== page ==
April 30, 2012 · 0 Comments
By Samir Chopra:
David Shipler writes in today’s New York Times about an interesting aspect of a series of ‘lethal terrorist plots’ that have been successfully interdicted by the nation’s law enforcement agencies:
[These] dramas were facilitated by the F.B.I., whose undercover agents and informers posed as terrorists offering a dummy missile, fake C-4 explosives, a disarmed suicide vest and rudimentary training. Suspects naïvely played their parts until they were arrested
Shipler goes on to describe the elaborate entrapment methods followed by the FBI and its agents and asks:
This is legal, but is it legitimate? Without the F.B.I., would the culprits commit violence on their own? Is cultivating potential terrorists the best use of the manpower designed to find the real ones? Judging by their official answers, the F.B.I. and the Justice Department are sure of themselves — too sure, perhaps.
In most cases, entrapment defenses do not hold up in court because ‘the law requires that they show no predisposition to commit the crime, even when induced by government agents.’ The entrapment schemes followed by the FBI are distinctive because, before the 9/11 attacks, ‘it would be very unusual for the F.B.I. to present a crime opportunity that wasn’t in the scope of the activities that a person was already involved in’ and that is because ‘There isn’t a business of terrorism in the United States’. So what the FBI has to do, apparently, is ‘find somebody who would jump at the opportunity if a real terrorist showed up in town.’ (Someone indulging in ‘Thought Crimes’ before those thoughts were directed toward action?)
The FBI’s entrapment includes not just providing material support but also at times, positive encouragement to those ‘terrorists’ that might be vacillating or reluctant. Read, for instance, the description of how James Cromitie, a defendant in the plot to bomb synagogues and shoot Stinger missiles at military aircraft was led on and maneuvered, which concludes with:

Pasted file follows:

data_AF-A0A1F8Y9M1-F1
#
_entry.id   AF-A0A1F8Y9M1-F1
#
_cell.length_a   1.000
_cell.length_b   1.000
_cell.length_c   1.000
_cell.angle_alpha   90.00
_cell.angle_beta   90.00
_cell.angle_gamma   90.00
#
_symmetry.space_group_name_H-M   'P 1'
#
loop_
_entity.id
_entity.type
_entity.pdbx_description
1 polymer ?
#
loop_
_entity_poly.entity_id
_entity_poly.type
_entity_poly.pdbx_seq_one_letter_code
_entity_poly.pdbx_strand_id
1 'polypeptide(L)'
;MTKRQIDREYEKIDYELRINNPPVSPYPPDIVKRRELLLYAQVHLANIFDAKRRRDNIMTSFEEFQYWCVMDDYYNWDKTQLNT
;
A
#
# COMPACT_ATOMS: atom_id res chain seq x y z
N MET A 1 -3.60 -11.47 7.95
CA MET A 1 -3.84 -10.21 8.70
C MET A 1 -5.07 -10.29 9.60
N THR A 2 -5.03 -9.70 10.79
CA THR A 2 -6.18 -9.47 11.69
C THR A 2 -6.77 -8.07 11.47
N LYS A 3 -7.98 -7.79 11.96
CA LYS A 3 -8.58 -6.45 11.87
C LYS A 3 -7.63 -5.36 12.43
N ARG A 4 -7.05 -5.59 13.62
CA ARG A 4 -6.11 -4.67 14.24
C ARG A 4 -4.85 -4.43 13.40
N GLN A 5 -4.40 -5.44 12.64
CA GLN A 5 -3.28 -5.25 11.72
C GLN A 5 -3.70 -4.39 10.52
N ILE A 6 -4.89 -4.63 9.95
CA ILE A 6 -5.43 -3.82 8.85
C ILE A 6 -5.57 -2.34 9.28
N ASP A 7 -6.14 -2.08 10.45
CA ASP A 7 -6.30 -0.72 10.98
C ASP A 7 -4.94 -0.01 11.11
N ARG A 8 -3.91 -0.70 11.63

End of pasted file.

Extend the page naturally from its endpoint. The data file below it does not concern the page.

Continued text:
It took 11 months of meandering discussion and a promise of $250,000 to lead him, with three co-conspirators he recruited, to plant fake bombs at two Riverdale synagogues.
This pattern of entrapment and its distinctive nature was noted by Judge Colleen McMahon, who, even as she rejected Cromitie’s entrapment defense and sentenced him to 25 years, noted:
Only the government could have made a ‘terrorist’ out of Mr. Cromitie, whose buffoonery is positively Shakespearean in its scope.
These activities of the FBI are not unknown, of course, they have been commented on before, most notably by Glenn Greenwald.
So it is worth wondering how many of these men would have remained at the level of grumbling malcontents unless they had been led on by their FBI handlers. Causal analysis and determination of intent in these cases seems especially murky and ambiguous, a little too indeterminate to warrant the crystal clear clarity of the sentence handed out.
In any case, as I read Shipler’s article I was reminded of a little passage in Hannah Arendt’s On Revolution, which occurs in the chapter ‘The Revolutionary Tradition and its Lost Treasure’:
It certainly is not conspiracy that causes revolution, and secret societies – though they may succeed in committing a few spectacular crimes, usually with the help of the secret police (endnote 71) – are as a rule much too secret to be able to make their voices heard in public.
Endnote 71 notes:
The record of the secret police in fostering rather than preventing revolutionary activities is especially striking in France during the Second Empire and in Czarist Russia after 1880. It seems, for example, that there was not a single anti-government action under Louis Napoleon which had not been, inspired by the police; and the more important terroristic attacks in Russia prior to war and revolution seem all to have been police jobs.